Friday, October 14, 2011
Schotty's seat gets hotter
By Rich Cimini
When the Jets last played the Dolphins at home, a group of angry fans outside the post-game interview room chanted during Rex Ryan’s press conference.
“Schotty must go!”
The Jets lost that day, 10-6, and most of the blame went to offensive coordinator Brian Schottenheimer, who later admitted he heard the derisive chant. If they produce another stinker Monday night, the fans will be calling for Schottenheimer’s head once again.
“I’m always on the hot seat,” Schottenheimer said Friday. “I’ve been on the hot seat for six years. It’s part of the deal and if you spend any time worrying about that stuff, you’re not doing your job because it’s going to be out there.”
This time, the dissatisfaction is coming from the Jets’ locker room. G Brandon Moore fired back Friday at WR Santonio Holmes, who called out the offensive line on two occasions. WR Derrick Mason also made critical comments about the offense, and he was traded to the Texans.
This is all happening on Schottenheimer’s watch.
“We’ve lost three games in a row, guys are frustrated, guys are looking for answers, they all want answers,” Schottenheimer said. “We have a lot of dialogue, we have a lot of things we talk about … I think that’s one of the reasons why we’ve been able to handle tough times in the past.”
It’s never been tougher than this. A published report last Sunday claimed that Mason, Holmes and Plaxico Burress went to Ryan to complain about Schottenheimer’s system. The Jets issued a statement, refuting the report.
“Obviously, I was made aware of it, and once Rex said it was untrue, then I obviously had no concerns about it,” Schottenheimer said.
Ryan has maintained his staunch support of Schottenheimer.
“Brian is an excellent coach, one of the hardest working guys I’ve ever been around,” he said. “We have complete confidence in him, and all our coaches.”
Schottenheimer received criticism for his conservative game plan in last week’s loss to the Patriots. Facing the league’s worst pass defense, the Jets decided to go back to their Ground & Pound rushing attack, balancing run and pass.
Their running game showed signs of improvement, but the offense produced seven three-and-outs in 11 possessions. They also didn’t attempt any passes longer than 22 yards. Schottenheimer defended the game plan. Unlike Holmes, he didn’t blame the offensive line for the pass-protection issues. He believes the offense is close to realizing its potential.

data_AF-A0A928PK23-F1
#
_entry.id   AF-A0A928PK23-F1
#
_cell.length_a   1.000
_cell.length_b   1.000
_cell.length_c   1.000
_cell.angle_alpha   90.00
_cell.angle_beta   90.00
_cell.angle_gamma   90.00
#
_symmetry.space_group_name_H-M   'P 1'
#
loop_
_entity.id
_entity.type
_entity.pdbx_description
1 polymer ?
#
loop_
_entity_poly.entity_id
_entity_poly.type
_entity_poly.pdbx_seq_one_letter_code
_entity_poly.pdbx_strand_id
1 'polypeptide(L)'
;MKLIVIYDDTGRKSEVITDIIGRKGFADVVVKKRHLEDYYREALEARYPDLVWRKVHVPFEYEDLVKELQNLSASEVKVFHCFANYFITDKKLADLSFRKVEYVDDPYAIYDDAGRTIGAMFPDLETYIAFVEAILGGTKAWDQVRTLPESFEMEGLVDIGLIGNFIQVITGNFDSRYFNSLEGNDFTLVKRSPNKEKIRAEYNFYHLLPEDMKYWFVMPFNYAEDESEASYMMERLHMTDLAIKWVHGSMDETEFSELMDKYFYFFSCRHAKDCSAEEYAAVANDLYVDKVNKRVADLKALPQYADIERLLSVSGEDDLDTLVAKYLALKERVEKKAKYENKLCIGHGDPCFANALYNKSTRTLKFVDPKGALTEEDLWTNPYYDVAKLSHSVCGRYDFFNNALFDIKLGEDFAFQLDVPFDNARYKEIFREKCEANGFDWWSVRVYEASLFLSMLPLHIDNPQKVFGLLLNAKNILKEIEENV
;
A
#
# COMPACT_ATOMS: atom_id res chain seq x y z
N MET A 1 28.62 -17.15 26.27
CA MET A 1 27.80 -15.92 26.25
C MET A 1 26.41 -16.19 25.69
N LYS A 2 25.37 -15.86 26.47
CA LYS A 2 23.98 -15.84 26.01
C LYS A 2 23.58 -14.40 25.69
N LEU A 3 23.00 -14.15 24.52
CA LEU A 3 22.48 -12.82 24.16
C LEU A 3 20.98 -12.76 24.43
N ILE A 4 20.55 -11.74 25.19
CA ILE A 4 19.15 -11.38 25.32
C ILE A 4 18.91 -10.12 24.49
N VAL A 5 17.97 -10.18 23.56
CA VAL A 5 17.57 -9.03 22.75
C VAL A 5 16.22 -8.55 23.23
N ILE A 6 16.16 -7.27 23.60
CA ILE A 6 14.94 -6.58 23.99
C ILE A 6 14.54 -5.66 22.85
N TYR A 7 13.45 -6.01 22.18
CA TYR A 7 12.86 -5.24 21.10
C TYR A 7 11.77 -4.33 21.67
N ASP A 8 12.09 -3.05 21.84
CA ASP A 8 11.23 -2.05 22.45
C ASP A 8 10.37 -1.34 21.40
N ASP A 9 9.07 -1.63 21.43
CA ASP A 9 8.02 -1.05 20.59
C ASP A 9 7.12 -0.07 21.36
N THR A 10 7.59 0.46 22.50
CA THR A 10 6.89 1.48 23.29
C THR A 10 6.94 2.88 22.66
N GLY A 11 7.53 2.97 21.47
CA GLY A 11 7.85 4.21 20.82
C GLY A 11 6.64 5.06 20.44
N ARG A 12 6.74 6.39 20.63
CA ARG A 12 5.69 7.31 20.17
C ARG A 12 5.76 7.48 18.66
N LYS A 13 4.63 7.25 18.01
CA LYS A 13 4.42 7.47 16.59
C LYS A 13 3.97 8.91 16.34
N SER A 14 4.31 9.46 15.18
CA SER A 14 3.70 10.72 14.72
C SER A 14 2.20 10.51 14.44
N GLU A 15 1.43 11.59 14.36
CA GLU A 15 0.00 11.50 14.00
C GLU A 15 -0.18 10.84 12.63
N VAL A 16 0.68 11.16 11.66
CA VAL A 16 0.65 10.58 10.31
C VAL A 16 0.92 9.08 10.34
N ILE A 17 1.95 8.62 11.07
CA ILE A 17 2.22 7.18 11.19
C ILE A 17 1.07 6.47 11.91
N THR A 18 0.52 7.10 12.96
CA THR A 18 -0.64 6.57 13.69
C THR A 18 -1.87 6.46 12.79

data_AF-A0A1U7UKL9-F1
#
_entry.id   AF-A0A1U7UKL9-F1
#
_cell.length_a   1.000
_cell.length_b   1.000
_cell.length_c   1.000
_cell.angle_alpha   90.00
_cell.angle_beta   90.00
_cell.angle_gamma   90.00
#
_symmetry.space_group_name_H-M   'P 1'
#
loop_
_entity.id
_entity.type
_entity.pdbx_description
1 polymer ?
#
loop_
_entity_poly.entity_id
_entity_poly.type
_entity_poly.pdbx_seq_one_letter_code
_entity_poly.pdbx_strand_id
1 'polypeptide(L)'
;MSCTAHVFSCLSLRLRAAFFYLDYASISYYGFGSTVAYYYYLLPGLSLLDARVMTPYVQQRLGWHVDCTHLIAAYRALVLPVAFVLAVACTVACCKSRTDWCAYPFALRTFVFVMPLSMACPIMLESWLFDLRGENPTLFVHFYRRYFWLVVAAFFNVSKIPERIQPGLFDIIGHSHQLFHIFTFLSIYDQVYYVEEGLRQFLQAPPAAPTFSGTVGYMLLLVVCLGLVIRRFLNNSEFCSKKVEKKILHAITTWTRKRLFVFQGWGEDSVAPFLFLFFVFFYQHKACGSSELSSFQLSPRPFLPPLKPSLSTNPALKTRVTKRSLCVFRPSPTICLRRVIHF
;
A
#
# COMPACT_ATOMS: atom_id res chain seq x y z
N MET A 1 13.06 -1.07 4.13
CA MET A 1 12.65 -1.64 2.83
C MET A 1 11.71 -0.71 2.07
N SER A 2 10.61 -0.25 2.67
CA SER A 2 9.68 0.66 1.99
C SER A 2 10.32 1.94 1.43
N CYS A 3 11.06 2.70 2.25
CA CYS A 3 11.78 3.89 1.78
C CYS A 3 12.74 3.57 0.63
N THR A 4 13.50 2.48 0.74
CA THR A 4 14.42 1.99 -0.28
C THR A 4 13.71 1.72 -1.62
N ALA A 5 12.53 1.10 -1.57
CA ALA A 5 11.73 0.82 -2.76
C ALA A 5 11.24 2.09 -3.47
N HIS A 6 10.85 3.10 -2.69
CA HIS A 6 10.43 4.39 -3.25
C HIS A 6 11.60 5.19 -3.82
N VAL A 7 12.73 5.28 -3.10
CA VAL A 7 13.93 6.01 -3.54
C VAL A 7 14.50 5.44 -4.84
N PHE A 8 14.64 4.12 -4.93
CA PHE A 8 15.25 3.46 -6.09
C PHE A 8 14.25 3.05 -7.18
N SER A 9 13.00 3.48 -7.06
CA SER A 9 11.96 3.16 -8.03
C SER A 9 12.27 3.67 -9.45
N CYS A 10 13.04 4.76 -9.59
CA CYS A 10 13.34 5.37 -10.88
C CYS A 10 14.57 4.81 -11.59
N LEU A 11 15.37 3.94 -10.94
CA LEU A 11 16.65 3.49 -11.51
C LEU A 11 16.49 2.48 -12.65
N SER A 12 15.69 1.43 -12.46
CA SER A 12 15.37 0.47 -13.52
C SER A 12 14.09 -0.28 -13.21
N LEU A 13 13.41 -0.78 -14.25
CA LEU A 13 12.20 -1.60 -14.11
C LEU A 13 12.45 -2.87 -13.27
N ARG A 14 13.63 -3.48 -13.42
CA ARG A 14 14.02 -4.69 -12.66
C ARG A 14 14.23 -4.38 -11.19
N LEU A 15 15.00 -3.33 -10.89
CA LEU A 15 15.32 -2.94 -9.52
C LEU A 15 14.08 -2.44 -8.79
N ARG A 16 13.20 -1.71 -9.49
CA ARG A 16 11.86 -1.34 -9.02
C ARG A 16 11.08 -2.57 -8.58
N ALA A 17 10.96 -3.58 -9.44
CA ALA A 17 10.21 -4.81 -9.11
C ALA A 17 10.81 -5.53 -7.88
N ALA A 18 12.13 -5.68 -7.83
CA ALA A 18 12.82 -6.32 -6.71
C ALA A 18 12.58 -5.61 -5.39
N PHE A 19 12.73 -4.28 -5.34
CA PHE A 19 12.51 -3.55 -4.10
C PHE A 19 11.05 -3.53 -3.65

“There are a lot of flashes of really, really good things,” he said. “But when you go out and you do silly things … and I’ll take my fair share of blame for those. I’m ultimately accountable. That, I think, is what’s frustrating.”
RB LaDainian Tomlinson, who knows Schottenheimer from their days together with the San Diego Chargers, said it’s unfair to blame the offensive coordinator for the offensive struggles.
“I hope that’s the feeling (around the team), it should be,” Tomlinson said. “If we want to be champions like we say we want to be, we have to hold each other accountable as players, and not blame it on the coaches all the time. We have to get the job done."
The Jets are ranked 28th in total offense and 13th in scoring, but the once-vaunted running attack has stalled and the offense has produced a total of only 405 yards in the last two games.
As a result, the pressure is mounting on Schottenheimer. His father, Marty, was a longtime NFL coach, so he grew up in the business and learned to develop a thick skin. As a kid, he learned the “midnight rule” from his father: Win or lose, get over it by midnight. Schottenheimer said his mother will text “midnight rule” to him after tough games, a reminder.
But that doesn’t block out the chants.
“Obviously, the people that say they don’t hear it are lying,” he said.